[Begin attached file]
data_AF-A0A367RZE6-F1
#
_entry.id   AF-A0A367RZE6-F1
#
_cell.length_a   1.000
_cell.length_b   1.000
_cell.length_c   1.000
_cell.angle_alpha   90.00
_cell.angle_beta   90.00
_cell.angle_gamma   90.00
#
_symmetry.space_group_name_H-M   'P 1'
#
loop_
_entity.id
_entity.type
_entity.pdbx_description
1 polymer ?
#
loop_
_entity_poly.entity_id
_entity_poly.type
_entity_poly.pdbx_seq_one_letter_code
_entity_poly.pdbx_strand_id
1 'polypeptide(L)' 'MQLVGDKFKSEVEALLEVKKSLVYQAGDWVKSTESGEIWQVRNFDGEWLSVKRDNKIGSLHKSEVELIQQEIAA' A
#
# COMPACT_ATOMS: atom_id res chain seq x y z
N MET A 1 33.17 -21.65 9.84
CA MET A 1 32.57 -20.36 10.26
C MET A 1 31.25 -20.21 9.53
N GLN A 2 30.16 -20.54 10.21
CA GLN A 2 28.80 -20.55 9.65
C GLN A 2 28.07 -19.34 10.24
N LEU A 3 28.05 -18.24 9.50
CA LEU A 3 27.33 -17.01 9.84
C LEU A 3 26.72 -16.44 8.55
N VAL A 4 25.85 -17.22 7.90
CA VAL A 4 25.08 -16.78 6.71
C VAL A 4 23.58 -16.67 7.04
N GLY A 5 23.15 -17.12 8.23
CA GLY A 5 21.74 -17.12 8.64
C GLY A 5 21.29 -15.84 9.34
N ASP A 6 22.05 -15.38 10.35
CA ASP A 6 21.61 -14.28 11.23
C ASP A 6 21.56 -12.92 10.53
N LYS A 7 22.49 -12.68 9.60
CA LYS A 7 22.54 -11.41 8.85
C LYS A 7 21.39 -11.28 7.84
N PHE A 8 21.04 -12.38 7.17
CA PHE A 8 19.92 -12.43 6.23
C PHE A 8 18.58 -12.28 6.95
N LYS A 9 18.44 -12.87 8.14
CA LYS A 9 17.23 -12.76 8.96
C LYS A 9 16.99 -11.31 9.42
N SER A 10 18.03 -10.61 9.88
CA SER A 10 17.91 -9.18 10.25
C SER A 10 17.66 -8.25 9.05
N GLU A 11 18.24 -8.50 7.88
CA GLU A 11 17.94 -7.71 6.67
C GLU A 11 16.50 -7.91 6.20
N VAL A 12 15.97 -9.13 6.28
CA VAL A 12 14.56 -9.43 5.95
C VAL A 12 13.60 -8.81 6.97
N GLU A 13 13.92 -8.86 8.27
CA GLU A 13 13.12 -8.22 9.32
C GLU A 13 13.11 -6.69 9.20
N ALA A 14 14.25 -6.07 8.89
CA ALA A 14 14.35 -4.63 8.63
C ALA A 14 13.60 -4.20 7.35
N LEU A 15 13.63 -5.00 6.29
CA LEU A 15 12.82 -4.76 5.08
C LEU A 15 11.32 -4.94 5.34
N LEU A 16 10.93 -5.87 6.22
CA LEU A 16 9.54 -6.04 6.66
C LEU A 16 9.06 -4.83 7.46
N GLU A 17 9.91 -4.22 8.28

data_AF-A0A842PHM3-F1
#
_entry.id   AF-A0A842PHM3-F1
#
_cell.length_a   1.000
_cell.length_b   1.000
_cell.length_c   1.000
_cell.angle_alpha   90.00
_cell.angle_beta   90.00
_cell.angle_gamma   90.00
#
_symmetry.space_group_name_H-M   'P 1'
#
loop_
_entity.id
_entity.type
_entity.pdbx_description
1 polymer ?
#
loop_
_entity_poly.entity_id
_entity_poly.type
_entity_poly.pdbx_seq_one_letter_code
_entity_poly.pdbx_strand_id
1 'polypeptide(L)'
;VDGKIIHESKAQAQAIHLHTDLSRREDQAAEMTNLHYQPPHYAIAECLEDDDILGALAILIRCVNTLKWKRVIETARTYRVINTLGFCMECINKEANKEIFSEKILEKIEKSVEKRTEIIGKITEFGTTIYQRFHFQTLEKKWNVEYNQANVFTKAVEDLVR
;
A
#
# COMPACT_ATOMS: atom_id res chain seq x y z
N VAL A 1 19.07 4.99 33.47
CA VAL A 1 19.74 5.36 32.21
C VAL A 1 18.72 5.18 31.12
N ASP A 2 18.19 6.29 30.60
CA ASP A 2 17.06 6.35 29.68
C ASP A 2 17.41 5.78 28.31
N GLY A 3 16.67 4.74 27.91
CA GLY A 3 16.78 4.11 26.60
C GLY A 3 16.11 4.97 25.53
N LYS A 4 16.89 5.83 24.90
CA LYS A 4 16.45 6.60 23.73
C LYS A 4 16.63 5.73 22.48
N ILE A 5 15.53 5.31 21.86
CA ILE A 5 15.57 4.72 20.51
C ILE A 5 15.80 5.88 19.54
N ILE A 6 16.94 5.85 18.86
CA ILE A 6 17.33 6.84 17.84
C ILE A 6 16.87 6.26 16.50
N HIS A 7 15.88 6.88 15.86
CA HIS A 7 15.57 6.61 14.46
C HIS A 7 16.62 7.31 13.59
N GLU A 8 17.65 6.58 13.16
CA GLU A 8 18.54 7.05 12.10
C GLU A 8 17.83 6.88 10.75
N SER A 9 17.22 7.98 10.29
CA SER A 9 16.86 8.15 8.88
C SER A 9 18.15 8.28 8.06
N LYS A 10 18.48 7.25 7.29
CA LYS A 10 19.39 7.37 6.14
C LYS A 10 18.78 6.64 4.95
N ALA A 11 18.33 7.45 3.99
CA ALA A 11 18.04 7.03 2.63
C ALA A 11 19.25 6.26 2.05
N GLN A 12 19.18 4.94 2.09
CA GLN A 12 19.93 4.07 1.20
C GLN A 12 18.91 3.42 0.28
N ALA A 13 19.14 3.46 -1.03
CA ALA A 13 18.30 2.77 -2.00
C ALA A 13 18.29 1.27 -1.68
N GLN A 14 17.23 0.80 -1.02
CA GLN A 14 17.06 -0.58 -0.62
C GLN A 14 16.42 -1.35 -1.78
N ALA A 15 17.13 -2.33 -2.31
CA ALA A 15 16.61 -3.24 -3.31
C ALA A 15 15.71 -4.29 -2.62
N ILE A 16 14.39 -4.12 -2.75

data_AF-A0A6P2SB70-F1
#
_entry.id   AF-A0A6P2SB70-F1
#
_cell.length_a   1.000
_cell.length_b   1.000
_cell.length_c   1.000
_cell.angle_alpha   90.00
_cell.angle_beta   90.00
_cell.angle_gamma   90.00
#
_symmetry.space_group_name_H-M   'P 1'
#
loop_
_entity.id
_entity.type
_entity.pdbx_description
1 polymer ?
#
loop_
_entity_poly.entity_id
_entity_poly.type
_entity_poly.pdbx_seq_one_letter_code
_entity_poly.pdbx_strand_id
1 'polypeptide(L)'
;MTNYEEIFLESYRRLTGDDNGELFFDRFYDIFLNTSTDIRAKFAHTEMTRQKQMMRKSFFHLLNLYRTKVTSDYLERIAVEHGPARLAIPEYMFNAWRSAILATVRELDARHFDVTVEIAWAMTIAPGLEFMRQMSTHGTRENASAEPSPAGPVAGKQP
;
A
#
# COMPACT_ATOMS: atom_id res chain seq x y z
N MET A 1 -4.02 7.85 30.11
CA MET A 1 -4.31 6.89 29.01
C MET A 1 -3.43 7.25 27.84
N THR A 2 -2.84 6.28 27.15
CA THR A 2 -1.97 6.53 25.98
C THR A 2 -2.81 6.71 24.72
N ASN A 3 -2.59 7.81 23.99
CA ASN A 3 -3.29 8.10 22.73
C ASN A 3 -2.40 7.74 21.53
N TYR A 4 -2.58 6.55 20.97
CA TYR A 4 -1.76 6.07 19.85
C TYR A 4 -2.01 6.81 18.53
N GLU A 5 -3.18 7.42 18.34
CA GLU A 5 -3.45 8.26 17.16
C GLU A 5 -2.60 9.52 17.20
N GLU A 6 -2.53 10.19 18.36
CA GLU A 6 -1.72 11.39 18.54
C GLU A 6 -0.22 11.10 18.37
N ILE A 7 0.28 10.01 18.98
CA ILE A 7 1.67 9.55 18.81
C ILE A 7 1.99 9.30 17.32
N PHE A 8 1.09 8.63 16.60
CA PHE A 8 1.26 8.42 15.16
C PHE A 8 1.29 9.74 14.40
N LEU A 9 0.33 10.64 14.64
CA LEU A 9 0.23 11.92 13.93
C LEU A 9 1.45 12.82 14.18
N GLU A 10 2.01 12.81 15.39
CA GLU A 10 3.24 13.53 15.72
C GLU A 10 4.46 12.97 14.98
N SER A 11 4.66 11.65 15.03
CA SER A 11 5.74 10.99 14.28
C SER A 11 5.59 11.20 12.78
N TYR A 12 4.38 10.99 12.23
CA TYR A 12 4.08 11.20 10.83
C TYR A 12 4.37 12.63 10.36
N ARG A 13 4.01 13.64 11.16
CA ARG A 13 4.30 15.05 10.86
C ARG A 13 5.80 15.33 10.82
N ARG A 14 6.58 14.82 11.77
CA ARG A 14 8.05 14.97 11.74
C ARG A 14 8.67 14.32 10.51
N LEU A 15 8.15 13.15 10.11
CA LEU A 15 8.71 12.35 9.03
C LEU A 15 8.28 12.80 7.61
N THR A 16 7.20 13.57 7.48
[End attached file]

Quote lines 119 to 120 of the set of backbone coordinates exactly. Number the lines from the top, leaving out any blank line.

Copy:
N ILE A 5 15.53 5.31 21.86
CA ILE A 5 15.57 4.72 20.51